The message we send our children when we clump all the “others” together can lead to inadvertent prejudices. When we toss Hispanics and blacks in with Asians (or however you want to mix it up) without regard to the differences within these races, we immediately invalidate each specific race and chalk them all up to nothing more than “minorities.” And it becomes Us and Them. Yes, individually, each of these aforementioned races is technically a minority, which is why I guess we’ve been able to get away with lumping all of these distinctly unique races together for so long.

I think the more important lesson we can learn from the latest Census findings is that while the population shift is happening at rapid speed, our response as a country and the language we use to describe it are both slow and outdated. Our children will soon be in the minority of which our grandparents and media currently speak. I take no issue with that, with our children being the minority. I simply mention it to make you aware of how it is we speak as a society and how we generalize other minorities. Those “others” will soon be your own children. And they deserve more than to be systematically recognized simply as “minority.” They deserve individual recognition for who they are, just like our own children do.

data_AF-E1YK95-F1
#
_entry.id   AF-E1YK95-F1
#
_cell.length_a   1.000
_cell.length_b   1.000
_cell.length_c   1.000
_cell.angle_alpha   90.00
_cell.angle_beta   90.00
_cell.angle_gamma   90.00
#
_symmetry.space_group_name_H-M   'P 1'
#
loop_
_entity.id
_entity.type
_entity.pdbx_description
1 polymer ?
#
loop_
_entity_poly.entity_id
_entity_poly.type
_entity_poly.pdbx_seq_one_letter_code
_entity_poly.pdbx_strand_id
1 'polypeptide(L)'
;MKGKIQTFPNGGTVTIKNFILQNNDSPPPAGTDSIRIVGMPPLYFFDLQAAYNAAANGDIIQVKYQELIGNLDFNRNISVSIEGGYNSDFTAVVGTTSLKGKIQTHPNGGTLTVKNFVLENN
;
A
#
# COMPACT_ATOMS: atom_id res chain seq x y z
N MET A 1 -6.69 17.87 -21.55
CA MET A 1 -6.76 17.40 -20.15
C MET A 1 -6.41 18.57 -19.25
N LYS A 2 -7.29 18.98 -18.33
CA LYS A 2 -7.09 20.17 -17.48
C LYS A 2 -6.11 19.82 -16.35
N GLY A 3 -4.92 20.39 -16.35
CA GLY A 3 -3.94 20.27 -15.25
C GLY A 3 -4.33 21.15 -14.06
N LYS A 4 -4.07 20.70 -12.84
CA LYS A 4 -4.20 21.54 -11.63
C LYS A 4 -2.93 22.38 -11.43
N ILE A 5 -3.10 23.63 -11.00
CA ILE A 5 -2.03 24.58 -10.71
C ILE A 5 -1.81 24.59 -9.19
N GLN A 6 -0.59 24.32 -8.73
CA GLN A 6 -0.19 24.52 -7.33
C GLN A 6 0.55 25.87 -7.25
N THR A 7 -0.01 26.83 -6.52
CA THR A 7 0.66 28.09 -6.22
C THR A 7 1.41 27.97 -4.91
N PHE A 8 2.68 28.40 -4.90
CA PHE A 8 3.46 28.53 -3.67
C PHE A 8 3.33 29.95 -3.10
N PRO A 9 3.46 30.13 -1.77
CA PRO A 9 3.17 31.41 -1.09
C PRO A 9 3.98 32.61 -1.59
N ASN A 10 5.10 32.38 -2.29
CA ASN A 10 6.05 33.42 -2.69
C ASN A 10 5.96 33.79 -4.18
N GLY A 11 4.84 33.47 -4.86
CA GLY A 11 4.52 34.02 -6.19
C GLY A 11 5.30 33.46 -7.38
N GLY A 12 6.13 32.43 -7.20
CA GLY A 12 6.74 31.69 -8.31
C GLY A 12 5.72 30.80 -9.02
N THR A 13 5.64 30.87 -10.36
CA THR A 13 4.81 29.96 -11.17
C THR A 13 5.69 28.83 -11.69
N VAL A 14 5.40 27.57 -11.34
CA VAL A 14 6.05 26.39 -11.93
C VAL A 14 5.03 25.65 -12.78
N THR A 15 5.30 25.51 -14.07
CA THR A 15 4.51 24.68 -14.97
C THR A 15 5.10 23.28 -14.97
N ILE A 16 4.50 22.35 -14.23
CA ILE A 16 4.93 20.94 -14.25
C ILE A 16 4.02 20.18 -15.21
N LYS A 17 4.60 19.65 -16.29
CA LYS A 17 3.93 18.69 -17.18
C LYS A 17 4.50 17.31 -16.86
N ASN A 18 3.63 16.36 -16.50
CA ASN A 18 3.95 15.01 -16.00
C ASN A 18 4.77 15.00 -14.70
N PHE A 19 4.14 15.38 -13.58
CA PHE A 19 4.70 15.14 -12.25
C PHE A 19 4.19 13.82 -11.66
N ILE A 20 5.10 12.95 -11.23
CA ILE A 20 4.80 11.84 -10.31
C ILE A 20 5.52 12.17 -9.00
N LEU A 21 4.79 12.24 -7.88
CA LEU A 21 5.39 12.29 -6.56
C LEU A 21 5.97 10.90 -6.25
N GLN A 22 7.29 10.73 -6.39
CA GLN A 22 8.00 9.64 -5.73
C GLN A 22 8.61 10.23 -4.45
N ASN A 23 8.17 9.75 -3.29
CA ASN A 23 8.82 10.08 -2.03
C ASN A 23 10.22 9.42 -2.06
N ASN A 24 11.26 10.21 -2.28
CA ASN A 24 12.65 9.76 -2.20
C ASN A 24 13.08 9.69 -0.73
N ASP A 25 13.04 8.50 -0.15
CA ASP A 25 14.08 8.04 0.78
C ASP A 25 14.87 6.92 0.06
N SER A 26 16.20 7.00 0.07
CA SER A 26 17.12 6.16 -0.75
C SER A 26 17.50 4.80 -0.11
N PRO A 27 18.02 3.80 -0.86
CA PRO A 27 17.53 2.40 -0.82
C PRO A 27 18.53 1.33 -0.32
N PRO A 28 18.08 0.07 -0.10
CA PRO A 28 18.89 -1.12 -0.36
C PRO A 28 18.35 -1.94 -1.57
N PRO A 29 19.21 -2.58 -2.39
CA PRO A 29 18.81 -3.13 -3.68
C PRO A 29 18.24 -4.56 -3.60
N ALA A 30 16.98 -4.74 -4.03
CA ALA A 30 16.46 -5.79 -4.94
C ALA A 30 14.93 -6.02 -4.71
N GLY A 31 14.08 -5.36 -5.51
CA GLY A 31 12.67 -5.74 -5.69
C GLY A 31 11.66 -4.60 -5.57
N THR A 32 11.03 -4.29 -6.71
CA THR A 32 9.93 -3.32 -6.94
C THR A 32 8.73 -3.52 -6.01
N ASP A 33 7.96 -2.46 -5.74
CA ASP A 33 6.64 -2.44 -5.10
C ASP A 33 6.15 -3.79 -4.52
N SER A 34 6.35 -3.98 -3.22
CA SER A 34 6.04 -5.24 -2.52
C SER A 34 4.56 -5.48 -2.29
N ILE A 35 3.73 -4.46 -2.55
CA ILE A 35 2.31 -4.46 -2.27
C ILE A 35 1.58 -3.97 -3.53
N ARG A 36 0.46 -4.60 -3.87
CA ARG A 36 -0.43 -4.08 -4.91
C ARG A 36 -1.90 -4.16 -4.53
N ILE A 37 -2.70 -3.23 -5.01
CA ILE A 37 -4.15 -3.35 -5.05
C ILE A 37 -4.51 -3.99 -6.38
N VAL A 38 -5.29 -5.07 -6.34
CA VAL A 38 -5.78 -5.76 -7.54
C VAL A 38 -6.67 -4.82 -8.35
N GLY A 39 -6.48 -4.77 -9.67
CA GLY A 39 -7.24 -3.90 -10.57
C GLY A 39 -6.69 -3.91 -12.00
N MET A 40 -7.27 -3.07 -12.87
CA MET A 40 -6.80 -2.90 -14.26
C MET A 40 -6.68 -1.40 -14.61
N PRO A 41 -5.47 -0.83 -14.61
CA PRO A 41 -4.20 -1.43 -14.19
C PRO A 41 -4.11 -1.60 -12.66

Click here to read the New York Times article in full

Photo: 123RF Stock Photos

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About Aela Mass


Aela Mass

Aela Mass is a lesbian writer and editor living the dream on Martha's Vineyard with her wife, Sara, and their dog, Darla. She miscarried her twins at 17 weeks and has undergone numerous IVF, FET, and IUI cycles. Her writing has appeared in The Huffington Post among other publications. For more of her work, visit her blog Two Moms Make a Right. Read bio and latest posts → Read Aela's latest posts →

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5 thoughts on “White Newborns Now the Minority, Census Finds

  1. says:

    I appreciate what you’re trying to say here, but I think maybe you need to be reaching towards a larger audience. I was right there along with you until you said,

    “Our children will soon be in the minority of which our grandparents and media currently speak”, and “Those ‘others’ will soon be your own children.”

    I guess you were only writing this for people who have white children? My child is one of the minorities mentioned in the original article, and while I had no problem with how the article was written, I did have a problem with how yours was written. You are definitely to be commended for addressing this topic, but I wish you had put a little bit more thought into it before hitting publish.